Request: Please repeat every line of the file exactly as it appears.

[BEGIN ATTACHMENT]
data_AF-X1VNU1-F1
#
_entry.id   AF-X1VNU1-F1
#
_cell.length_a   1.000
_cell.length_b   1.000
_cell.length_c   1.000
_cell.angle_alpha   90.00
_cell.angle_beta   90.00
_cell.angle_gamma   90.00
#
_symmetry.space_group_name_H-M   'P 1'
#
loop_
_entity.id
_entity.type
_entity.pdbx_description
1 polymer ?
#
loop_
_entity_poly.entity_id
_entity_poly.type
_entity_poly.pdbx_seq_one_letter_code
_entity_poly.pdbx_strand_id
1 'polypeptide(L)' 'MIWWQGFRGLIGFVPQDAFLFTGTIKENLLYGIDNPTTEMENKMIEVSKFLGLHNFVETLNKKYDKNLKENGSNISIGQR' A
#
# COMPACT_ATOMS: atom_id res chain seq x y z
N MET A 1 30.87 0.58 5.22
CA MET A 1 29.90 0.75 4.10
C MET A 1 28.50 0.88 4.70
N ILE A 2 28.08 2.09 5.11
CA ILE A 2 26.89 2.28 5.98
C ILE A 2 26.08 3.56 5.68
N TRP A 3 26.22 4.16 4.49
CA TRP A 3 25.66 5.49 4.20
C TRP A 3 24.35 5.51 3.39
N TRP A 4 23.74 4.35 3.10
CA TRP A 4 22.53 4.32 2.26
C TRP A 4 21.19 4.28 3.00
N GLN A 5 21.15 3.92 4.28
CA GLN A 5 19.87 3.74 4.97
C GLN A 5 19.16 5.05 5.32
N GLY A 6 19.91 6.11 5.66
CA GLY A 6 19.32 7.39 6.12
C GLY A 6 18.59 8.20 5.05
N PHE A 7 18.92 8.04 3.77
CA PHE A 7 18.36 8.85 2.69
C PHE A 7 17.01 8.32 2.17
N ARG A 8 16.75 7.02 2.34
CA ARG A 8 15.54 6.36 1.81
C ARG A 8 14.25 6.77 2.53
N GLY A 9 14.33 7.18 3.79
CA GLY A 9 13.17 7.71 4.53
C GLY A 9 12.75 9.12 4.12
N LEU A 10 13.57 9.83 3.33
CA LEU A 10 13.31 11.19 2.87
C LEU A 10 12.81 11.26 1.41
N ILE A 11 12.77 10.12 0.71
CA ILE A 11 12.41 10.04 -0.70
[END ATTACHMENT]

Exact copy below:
data_AF-X1VNU1-F1
#
_entry.id   AF-X1VNU1-F1
#
_cell.length_a   1.000
_cell.length_b   1.000
_cell.length_c   1.000
_cell.angle_alpha   90.00
_cell.angle_beta   90.00
_cell.angle_gamma   90.00
#
_symmetry.space_group_name_H-M   'P 1'
#
loop_
_entity.id
_entity.type
_entity.pdbx_description
1 polymer ?
#
loop_
_entity_poly.entity_id
_entity_poly.type
_entity_poly.pdbx_seq_one_letter_code
_entity_poly.pdbx_strand_id
1 'polypeptide(L)' 'MIWWQGFRGLIGFVPQDAFLFTGTIKENLLYGIDNPTTEMENKMIEVSKFLGLHNFVETLNKKYDKNLKENGSNISIGQR' A
#
# COMPACT_ATOMS: atom_id res chain seq x y z
N MET A 1 30.87 0.58 5.22
CA MET A 1 29.90 0.75 4.10
C MET A 1 28.50 0.88 4.70
N ILE A 2 28.08 2.09 5.11
CA ILE A 2 26.89 2.28 5.98
C ILE A 2 26.08 3.56 5.68
N TRP A 3 26.22 4.16 4.49
CA TRP A 3 25.66 5.49 4.20
C TRP A 3 24.35 5.51 3.39
N TRP A 4 23.74 4.35 3.10
CA TRP A 4 22.53 4.32 2.26
C TRP A 4 21.19 4.28 3.00
N GLN A 5 21.15 3.92 4.28
CA GLN A 5 19.87 3.74 4.97
C GLN A 5 19.16 5.05 5.32
N GLY A 6 19.91 6.11 5.66
CA GLY A 6 19.32 7.39 6.12
C GLY A 6 18.59 8.20 5.05
N PHE A 7 18.92 8.04 3.77
CA PHE A 7 18.36 8.85 2.69
C PHE A 7 17.01 8.32 2.17
N ARG A 8 16.75 7.02 2.34
CA ARG A 8 15.54 6.36 1.81
C ARG A 8 14.25 6.77 2.53
N GLY A 9 14.33 7.18 3.79
CA GLY A 9 13.17 7.71 4.53
C GLY A 9 12.75 9.12 4.12
N LEU A 10 13.57 9.83 3.33
CA LEU A 10 13.31 11.19 2.87
C LEU A 10 12.81 11.26 1.41
N ILE A 11 12.77 10.12 0.71
CA ILE A 11 12.41 10.04 -0.70